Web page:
Paul Proud Man
Rounding out my taxonomy of NOLA fatties is Paul Prudhomme. Prudhomme gave America a cuisine. Before he made Louisiana cookery famous, and the techniques available to anyone, American cuisine was hamburgers, hot dogs, French fries, and some kind of Sunday dinner of fried chicken or chicken fried steak, a Swiftian, contradictory term for a “dinner” offering I only ate once, mashed potatoes, boiled to a tenderness near rot, and a sweet dessert.
The many parvenus who’ve come since Chef Paul owe much to him, and his wonderful first book, Chef Paul Prudhomme’s Louisiana Kitchen (1984). He developed that rapid-fire method for cooking a roux, demanding concentrated vigilance, organization and preparation, and the ability to detect the state at which a roux reaches that perfect state to gird the sauce for the meat it is meant to accompany. Chef Paul’s book provides a feast of fine photographs of the different stages of roux. Traditionalists may turn up their noses at this departure from the traditional long-cooking roux making, but damn me, when I get that roux going in my whole Iowa neighborhood, if you close your eyes, you’d think you died and went to South Louisiana. Not that most Iowans, bred on German fare that, first and foremost, must have no flavor, would touch the stuff. On the rare occasions I cook, the smells bring back memories of walking through New Orleans neighborhoods at 5 in the afternoon, inhaling the exhiliarating odors of meals being prepared, and wondering just what they were having for supper that made me want to knock at the back doors and beg for food. I learned to cook Louisiana food out of self interest, and maybe self preservation.
I am beginning to feel like I’m doing the theory for a before and after weight loss gimmick because I am going to post a photo of Chef Paul before and after he lost weight. Here is Chef Paul before in a photo from his first book, presenting for you the standards from the Louisiana kitchen–boudin, pickled meat, shrimp, crawfish, berries, nightshade vegetables, potatoes, yams, shrimp, crawfish, and fish. The only thing missing is the butter, lard, and sugar.
But now Chef Paul has shed the weight. He looks much more healthy, and thinner–it is possible to read even more of Louisiana in his face–the dark skin, the knowing smile that also conveys benign good will, and the coarse, once dark hair. He just has that “look” that is so typical of many native New Orleanians (Prudhomme is from Opalousas), and other people from South Louisiana.
One last word about Chef Paul, or New Orleans culture, is that the title “Chef” is like an earned doctorate. People append the honorarium here when speaking of any of the entitled chefs–Chef Susan Spicer, Chef Emeril Legasse, Chef Leah Chase. Among the few New Orleans celebrity chefs. And in almost every native household, there is a cook in the kitchen whose productions rival those of the chefs. It is said that a–well, I’ve only heard the word “man”–that “a man can’t be elected to public office if he can’t cook.” That accounts for the ubiquitous jambalaya at every outdoor event of every kind, political or not.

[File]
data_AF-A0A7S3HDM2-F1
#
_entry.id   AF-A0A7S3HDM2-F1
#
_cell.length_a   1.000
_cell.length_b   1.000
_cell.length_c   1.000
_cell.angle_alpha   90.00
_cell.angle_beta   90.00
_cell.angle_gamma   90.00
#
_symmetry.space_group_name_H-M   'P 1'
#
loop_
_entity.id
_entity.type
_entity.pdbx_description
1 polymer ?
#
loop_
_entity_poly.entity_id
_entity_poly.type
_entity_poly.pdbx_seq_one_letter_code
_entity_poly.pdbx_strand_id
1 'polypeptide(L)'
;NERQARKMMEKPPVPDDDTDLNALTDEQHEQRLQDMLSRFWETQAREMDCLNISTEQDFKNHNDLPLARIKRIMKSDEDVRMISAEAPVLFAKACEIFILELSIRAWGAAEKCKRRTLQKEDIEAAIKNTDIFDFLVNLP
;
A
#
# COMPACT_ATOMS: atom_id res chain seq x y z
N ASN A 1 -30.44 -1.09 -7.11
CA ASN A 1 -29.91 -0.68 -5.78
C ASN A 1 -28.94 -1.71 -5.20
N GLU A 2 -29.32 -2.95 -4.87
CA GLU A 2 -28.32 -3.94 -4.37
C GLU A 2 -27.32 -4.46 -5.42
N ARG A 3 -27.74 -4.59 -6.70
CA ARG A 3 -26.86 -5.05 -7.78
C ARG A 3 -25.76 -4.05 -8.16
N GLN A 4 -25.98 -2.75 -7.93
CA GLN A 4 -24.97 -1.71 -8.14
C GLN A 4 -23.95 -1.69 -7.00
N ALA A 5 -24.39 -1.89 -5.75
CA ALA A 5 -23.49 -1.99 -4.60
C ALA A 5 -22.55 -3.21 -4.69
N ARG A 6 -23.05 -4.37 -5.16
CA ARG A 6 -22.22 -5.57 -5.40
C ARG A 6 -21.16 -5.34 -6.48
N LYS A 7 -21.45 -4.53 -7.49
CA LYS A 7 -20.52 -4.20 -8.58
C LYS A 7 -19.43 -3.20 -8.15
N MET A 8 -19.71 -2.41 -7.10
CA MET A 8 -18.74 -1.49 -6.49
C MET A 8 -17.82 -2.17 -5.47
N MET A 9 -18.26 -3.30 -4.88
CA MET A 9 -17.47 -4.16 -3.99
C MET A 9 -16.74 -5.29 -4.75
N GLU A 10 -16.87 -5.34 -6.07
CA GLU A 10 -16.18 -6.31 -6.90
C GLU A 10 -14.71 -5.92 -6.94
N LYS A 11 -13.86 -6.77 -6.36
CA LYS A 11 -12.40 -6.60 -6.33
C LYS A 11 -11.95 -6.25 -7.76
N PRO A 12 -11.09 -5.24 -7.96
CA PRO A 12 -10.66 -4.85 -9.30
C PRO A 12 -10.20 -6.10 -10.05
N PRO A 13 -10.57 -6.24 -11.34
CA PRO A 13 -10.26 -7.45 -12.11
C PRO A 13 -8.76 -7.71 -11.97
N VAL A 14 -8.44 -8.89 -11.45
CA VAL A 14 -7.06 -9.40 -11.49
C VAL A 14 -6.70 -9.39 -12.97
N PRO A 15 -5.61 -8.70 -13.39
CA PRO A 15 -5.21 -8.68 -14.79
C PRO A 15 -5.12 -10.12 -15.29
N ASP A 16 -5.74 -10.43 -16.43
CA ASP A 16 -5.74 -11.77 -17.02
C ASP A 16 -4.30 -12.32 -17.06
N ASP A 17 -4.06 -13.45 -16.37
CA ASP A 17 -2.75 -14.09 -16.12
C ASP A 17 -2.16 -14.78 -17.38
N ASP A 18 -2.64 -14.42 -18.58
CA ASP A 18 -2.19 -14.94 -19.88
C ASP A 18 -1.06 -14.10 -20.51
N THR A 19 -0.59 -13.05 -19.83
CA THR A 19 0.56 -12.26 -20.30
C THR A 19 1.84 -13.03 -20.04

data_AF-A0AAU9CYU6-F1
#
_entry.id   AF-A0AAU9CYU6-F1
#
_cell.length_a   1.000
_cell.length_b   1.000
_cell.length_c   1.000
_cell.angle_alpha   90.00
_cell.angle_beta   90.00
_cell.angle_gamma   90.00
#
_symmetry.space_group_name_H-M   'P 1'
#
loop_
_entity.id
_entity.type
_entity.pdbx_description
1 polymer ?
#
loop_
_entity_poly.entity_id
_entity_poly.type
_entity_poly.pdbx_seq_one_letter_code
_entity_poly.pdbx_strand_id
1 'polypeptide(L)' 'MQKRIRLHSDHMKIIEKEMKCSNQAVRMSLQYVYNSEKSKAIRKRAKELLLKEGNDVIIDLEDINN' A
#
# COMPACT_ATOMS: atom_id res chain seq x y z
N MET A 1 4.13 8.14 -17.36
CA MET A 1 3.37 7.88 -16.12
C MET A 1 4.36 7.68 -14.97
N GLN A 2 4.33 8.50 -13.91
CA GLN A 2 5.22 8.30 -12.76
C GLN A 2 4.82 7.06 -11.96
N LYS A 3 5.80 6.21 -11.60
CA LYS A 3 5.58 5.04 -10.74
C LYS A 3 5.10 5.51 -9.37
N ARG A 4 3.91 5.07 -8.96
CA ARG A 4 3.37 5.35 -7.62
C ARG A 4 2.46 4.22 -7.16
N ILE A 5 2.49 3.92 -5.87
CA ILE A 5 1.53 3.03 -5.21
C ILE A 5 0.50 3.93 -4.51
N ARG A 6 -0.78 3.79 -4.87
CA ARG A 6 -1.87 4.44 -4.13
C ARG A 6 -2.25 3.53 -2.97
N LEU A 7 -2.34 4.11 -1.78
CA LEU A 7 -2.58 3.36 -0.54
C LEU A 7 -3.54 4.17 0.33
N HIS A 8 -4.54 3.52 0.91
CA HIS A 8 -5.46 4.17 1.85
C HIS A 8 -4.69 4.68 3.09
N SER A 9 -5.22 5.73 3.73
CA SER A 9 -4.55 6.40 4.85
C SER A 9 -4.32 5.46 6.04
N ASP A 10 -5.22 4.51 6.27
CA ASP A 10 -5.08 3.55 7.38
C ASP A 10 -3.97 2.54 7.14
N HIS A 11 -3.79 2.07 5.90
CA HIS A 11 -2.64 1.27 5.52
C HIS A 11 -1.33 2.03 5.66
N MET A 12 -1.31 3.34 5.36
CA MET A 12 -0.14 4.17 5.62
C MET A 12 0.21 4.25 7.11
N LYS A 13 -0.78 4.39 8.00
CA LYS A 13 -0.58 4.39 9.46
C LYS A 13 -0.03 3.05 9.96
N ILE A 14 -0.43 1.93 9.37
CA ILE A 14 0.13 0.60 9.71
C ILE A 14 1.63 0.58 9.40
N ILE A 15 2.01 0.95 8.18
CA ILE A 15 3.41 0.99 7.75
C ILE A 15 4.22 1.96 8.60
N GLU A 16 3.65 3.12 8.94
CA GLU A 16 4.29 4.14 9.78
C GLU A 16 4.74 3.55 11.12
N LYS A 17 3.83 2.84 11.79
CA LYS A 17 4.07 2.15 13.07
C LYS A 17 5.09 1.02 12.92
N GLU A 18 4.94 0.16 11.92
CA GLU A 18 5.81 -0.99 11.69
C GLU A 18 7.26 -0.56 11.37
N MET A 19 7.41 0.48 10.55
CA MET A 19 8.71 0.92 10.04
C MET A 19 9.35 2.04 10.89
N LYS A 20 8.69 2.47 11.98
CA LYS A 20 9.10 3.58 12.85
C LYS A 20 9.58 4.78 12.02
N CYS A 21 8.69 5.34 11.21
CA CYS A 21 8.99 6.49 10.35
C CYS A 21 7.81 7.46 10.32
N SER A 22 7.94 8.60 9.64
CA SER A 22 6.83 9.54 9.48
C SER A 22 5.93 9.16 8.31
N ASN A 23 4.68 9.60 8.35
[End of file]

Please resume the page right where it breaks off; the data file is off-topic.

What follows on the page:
The celebrity chefs came after Chef Paul, but the everyday cooks were a fixture in household in New Orleans when Ignatius was stuffing himself with foot-long hot dogs. A Confederacy of Dunces doesn’t mention much about what was produced in the Reilly kitchen other than Irene’s bottles of muscatel, and the ever-present French drip chicory coffee on the stove next to a pot of “berling” milk. MacLaughlin mentions that the person Ignatius was based on had a lifelong yearning for hot dogs because he was denied them as a boy, and something like this is the only explanation, other than propinquity, to explain why, in New Orleans, anyone would crave hot dogs rather than shrimp po-boys, red beans and rice, crawfish pie, or any other new Orleans staple, including a Hubig’s pie.
This is the French drip coffee maker that has been in use in homes in South Louisiana since the 19th Century. It isn’t a French press, or an Italian drip style coffee maker. Boiling water is poured into the top chamber over the grounds, and the coffee drips rather quickly over a steel plate with holes. I have no idea what dented up old pot Irene Reilly “berled” her milk in, but she would have made the chicory coffee in one of these. The coffee and “berled” milk are poured at the same time into a single stream in equal proportions into the cup it is served from. This is the coffee you buy with beignets at Cafe du Monde, or better yet, at the remnants of the old Morning Call next to the news stand in Metairie, just south of the entrance to the 23 mile bridge across Lake Pontchartrain to Mandeville and the North Shore.